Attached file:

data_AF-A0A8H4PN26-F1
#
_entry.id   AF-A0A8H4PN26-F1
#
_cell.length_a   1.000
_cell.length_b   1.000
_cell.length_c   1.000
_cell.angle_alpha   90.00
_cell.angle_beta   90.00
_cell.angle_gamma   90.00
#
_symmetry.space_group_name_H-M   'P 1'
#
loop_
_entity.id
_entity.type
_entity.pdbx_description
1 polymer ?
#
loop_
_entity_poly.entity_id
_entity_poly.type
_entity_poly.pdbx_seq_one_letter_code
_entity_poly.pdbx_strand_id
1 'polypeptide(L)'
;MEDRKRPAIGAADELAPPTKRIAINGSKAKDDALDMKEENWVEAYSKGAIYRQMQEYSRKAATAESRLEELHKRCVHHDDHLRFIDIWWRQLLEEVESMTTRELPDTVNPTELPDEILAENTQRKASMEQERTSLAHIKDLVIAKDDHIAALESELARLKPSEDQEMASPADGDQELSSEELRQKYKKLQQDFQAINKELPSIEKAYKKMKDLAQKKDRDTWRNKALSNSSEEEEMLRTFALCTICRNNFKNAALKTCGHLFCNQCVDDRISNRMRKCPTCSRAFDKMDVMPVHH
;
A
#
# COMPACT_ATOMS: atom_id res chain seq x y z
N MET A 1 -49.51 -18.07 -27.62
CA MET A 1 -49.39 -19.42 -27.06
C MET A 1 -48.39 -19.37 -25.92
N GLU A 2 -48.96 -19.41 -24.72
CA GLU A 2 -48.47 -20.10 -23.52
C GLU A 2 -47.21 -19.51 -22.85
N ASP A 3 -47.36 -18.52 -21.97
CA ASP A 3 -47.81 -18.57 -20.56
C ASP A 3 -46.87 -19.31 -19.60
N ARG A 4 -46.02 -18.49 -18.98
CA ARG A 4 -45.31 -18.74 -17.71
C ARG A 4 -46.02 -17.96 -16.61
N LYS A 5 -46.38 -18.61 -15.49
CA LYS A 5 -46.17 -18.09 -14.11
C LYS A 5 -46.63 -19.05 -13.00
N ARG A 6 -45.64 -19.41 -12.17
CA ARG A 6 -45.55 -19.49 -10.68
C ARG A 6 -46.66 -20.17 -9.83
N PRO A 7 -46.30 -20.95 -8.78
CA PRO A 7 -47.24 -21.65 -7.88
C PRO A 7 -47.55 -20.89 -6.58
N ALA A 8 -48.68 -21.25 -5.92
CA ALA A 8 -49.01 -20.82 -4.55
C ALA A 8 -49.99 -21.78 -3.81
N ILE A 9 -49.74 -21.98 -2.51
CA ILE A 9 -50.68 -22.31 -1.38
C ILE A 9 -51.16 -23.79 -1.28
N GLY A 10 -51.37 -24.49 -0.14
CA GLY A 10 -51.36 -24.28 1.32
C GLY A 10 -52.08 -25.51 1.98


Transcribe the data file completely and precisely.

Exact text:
data_AF-A0A8H4PN26-F1
#
_entry.id   AF-A0A8H4PN26-F1
#
_cell.length_a   1.000
_cell.length_b   1.000
_cell.length_c   1.000
_cell.angle_alpha   90.00
_cell.angle_beta   90.00
_cell.angle_gamma   90.00
#
_symmetry.space_group_name_H-M   'P 1'
#
loop_
_entity.id
_entity.type
_entity.pdbx_description
1 polymer ?
#
loop_
_entity_poly.entity_id
_entity_poly.type
_entity_poly.pdbx_seq_one_letter_code
_entity_poly.pdbx_strand_id
1 'polypeptide(L)'
;MEDRKRPAIGAADELAPPTKRIAINGSKAKDDALDMKEENWVEAYSKGAIYRQMQEYSRKAATAESRLEELHKRCVHHDDHLRFIDIWWRQLLEEVESMTTRELPDTVNPTELPDEILAENTQRKASMEQERTSLAHIKDLVIAKDDHIAALESELARLKPSEDQEMASPADGDQELSSEELRQKYKKLQQDFQAINKELPSIEKAYKKMKDLAQKKDRDTWRNKALSNSSEEEEMLRTFALCTICRNNFKNAALKTCGHLFCNQCVDDRISNRMRKCPTCSRAFDKMDVMPVHH
;
A
#
# COMPACT_ATOMS: atom_id res chain seq x y z
N MET A 1 -49.51 -18.07 -27.62
CA MET A 1 -49.39 -19.42 -27.06
C MET A 1 -48.39 -19.37 -25.92
N GLU A 2 -48.96 -19.41 -24.72
CA GLU A 2 -48.47 -20.10 -23.52
C GLU A 2 -47.21 -19.51 -22.85
N ASP A 3 -47.36 -18.52 -21.97
CA ASP A 3 -47.81 -18.57 -20.56
C ASP A 3 -46.87 -19.31 -19.60
N ARG A 4 -46.02 -18.49 -18.98
CA ARG A 4 -45.31 -18.74 -17.71
C ARG A 4 -46.02 -17.96 -16.61
N LYS A 5 -46.38 -18.61 -15.49
CA LYS A 5 -46.17 -18.09 -14.11
C LYS A 5 -46.63 -19.05 -13.00
N ARG A 6 -45.64 -19.41 -12.17
CA ARG A 6 -45.55 -19.49 -10.68
C ARG A 6 -46.66 -20.17 -9.83
N PRO A 7 -46.30 -20.95 -8.78
CA PRO A 7 -47.24 -21.65 -7.88
C PRO A 7 -47.55 -20.89 -6.58
N ALA A 8 -48.68 -21.25 -5.92
CA ALA A 8 -49.01 -20.82 -4.55
C ALA A 8 -49.99 -21.78 -3.81
N ILE A 9 -49.74 -21.98 -2.51
CA ILE A 9 -50.68 -22.31 -1.38
C ILE A 9 -51.16 -23.79 -1.28
N GLY A 10 -51.37 -24.49 -0.14
CA GLY A 10 -51.36 -24.28 1.32
C GLY A 10 -52.08 -25.51 1.98